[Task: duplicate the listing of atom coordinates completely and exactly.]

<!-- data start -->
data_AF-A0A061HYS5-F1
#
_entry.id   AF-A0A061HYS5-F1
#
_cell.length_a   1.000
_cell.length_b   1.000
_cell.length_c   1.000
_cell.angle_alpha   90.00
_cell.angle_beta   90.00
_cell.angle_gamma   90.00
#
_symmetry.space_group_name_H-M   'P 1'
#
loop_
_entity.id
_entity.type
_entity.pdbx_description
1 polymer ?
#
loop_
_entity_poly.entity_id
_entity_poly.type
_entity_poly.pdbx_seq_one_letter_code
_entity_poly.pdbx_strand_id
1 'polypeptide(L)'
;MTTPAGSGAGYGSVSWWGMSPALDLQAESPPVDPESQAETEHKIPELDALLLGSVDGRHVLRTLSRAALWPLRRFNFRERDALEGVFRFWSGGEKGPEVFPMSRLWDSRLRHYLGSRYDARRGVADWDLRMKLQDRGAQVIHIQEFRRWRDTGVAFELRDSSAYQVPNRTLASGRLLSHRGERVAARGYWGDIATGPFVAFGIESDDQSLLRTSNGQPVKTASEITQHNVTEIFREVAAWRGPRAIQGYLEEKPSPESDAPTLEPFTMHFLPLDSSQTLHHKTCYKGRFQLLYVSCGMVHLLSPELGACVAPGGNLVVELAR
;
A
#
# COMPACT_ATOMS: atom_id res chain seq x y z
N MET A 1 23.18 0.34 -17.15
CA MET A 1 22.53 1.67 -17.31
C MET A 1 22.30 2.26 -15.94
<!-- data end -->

data_AF-A0A061HYS5-F1
#
_entry.id   AF-A0A061HYS5-F1
#
_cell.length_a   1.000
_cell.length_b   1.000
_cell.length_c   1.000
_cell.angle_alpha   90.00
_cell.angle_beta   90.00
_cell.angle_gamma   90.00
#
_symmetry.space_group_name_H-M   'P 1'
#
loop_
_entity.id
_entity.type
_entity.pdbx_description
1 polymer ?
#
loop_
_entity_poly.entity_id
_entity_poly.type
_entity_poly.pdbx_seq_one_letter_code
_entity_poly.pdbx_strand_id
1 'polypeptide(L)'
;MTTPAGSGAGYGSVSWWGMSPALDLQAESPPVDPESQAETEHKIPELDALLLGSVDGRHVLRTLSRAALWPLRRFNFRERDALEGVFRFWSGGEKGPEVFPMSRLWDSRLRHYLGSRYDARRGVADWDLRMKLQDRGAQVIHIQEFRRWRDTGVAFELRDSSAYQVPNRTLASGRLLSHRGERVAARGYWGDIATGPFVAFGIESDDQSLLRTSNGQPVKTASEITQHNVTEIFREVAAWRGPRAIQGYLEEKPSPESDAPTLEPFTMHFLPLDSSQTLHHKTCYKGRFQLLYVSCGMVHLLSPELGACVAPGGNLVVELAR
;
A
#
# COMPACT_ATOMS: atom_id res chain seq x y z
N MET A 1 23.18 0.34 -17.15
CA MET A 1 22.53 1.67 -17.31
C MET A 1 22.30 2.26 -15.94